In a recent study, “Autonomous Vehicles Need Experimental Ethics: Are We Ready for Utilitarian Cars?” Jean-Francois Bonnefon, Azim Shariff, and Iyad Rahwan surveyed people regarding their feelings about autonomous vehicles (AVs) and what kinds of decisions they would prefer those machines to make. Unsurprisingly, participants thought that AVs should make decisions that save the most lives, unless of course they themselves were the collateral damage.
This study is not the only experiment in ethics that is currently underway. The moment we put these vehicles on the roadways, releasing code-driven automobiles into the wild, we began a massive experiment in ethics. We often think of ethics as a philosophical discourse, removed from everyday life. In fact, this is the assumption that undergirds the study conducted by Bonnefon, Shariff, and Rahwan: they posed a number of hypotheticals and then drew broader conclusions about cultural anxieties surrounding AVs. But the construction of AVs and the writing of the code that determines how they operate is itself an experiment in ethics, one that writes an ethical program directly into computational machines.
Brett Rose of TechCrunch argues that the approach of Bonnefon, Shariff, and Iyad Rahwan is limited, and I would tend to agree, but not for the same reasons. Rose sees the discussion of ethical algorithms as a waste of finite resources:
“Don’t get me wrong, these hypotheticals are fascinating thought experiments, and may well invoke fond memories of Ethics 101’s trolley experiment. But before we allow the fear of such slippery-slope dilemmas to de-rail mankind’s progress, we need to critically examine the assumptions such models make, and ask some crucial questions about their practical value.”
For Rose, these models assume that we consciously weigh all of the possibilities prior to making a decision. From everyday experience (and especially behind the wheel of a car), we know this isn’t the case. Rose’s solution? Physics and hard data should always trump the squishiness of ethics:
“Even if a situation did arise in which an AV had to decide between potential alternatives, it should do so not based on an analysis of the costs of each potential choice, information that cannot be known, but rather based on a more objective determination of physical expediency.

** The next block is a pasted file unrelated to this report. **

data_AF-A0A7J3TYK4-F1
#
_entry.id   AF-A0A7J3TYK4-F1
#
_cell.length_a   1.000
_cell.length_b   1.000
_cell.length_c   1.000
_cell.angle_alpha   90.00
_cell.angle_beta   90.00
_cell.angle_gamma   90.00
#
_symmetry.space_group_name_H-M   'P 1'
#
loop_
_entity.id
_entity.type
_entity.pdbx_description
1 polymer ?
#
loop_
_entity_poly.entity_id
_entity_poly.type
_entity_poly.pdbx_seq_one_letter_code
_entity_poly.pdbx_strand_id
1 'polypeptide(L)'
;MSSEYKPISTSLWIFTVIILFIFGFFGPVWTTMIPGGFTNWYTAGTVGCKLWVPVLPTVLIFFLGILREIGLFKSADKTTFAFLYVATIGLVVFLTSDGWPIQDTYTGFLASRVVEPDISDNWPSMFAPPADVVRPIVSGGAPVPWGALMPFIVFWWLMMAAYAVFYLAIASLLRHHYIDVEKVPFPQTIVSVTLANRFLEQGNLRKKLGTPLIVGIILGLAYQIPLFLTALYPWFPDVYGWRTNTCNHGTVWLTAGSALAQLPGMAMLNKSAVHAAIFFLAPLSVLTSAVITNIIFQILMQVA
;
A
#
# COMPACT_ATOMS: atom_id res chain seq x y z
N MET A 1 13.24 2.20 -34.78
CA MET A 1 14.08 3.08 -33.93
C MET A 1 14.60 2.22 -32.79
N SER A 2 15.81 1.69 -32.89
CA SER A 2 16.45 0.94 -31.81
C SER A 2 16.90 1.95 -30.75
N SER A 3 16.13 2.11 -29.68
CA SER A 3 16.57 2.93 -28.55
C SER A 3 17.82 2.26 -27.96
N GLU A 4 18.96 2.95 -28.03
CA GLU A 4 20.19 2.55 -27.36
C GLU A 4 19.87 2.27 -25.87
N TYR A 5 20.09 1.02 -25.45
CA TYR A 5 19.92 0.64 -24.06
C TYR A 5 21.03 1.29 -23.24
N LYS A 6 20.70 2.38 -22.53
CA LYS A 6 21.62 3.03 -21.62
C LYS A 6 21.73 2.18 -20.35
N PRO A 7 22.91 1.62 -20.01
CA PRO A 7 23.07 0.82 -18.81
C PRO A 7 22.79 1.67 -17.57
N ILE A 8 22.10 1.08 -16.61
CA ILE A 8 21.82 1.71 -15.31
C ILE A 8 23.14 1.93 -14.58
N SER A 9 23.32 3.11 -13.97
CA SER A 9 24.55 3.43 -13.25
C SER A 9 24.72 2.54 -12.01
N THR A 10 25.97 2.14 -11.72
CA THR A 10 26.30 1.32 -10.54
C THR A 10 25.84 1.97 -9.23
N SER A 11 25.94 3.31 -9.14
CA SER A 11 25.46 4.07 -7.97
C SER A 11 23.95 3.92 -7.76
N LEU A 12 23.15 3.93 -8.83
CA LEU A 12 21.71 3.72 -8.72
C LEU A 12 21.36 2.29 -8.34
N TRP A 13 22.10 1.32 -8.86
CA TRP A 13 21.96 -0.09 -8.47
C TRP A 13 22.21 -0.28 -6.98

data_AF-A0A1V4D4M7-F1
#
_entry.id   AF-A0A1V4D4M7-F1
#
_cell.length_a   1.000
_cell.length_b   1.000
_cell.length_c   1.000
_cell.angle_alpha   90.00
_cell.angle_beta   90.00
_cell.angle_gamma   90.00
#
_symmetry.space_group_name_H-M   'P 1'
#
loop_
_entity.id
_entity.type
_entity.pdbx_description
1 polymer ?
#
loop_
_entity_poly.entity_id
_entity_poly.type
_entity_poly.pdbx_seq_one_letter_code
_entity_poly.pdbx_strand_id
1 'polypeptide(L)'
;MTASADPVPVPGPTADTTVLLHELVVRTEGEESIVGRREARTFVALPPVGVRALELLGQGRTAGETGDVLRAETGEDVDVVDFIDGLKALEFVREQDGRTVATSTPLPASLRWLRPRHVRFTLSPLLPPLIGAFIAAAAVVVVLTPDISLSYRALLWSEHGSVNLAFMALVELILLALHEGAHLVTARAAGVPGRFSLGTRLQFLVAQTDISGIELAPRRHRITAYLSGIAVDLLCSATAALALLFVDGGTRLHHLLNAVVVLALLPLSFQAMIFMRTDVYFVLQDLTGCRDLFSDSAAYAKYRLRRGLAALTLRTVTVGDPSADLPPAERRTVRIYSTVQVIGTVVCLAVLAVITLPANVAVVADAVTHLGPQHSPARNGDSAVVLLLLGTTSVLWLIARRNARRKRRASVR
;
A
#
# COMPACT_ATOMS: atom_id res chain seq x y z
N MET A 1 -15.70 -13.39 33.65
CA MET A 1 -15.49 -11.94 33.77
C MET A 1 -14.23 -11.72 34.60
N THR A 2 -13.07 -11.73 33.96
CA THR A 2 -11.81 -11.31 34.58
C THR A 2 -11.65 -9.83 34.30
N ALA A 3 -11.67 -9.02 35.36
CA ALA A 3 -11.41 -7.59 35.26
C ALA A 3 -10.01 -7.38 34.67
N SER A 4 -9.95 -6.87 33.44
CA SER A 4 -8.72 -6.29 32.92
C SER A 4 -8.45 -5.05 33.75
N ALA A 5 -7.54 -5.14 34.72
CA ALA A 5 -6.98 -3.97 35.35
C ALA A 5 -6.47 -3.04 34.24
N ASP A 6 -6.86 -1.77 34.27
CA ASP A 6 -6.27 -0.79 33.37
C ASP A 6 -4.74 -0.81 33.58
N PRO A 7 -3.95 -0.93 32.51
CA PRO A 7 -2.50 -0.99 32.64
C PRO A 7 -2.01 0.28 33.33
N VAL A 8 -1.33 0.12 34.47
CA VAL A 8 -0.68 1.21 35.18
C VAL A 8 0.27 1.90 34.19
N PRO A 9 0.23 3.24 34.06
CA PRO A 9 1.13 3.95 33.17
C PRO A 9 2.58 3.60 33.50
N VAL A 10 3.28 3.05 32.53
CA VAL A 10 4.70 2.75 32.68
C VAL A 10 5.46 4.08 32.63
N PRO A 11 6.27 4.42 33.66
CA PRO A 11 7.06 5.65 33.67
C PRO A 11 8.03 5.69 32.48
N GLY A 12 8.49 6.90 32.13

This should be done by leveraging the computing power of the vehicle to consider a vast expanse of physical variables unavailable to human faculties, ultimately executing the maneuver that will minimize catastrophe as dictated by the firm laws of physics, not the flexible recommendations of ethics. After all, if there is time to make some decision, there is time to mitigate the damage of the incident, if not avoid it entirely.” (emphasis mine)
This attempt to separate physics from ethics is built on a dream (one that we are especially likely to find on sites like TechCrunch) that computational machines allow for an escape from the sloppy inefficiencies of the human (and, perhaps, even the humanities).
In Ethical Programs: Hospitality and the Rhetorics of Software, I argue that our dealings with software happen at multiple levels of rhetorical exchange. We argue about software, discussing how it can or should function. But we also argue with software, by using computation to make arguments, and in software, becoming immersed in computational environments that shape and constrain possibilities. The paper by Bonnefon, Shariff, and Rahwan sits primarily at the level of arguing about software, and it risks treating ethics as something rational and deliberative, which we know leaves out most of the ethical decisions we make each day. We decide in the face of the undecidable; we execute ethical programs (computational or otherwise) without the luxury of walking through all of the possibilities.
Rose's argument is that arguing about software is a waste of resources and that we should instead focus our time and energy on “mankind's progress.” Such an approach ignores that an AV’s algorithm will have to make decisions about what data to include or exclude (and how to prioritize that data) as it determines whether to accelerate, brake, or turn. Rose argues that AV algorithms should be focused on “physical expediency” rather than the endless regress of ethics. But his very use of the word “should” is a signal that this approach is not confined to the “firm laws of physics” but is instead already caught up in ethical questions.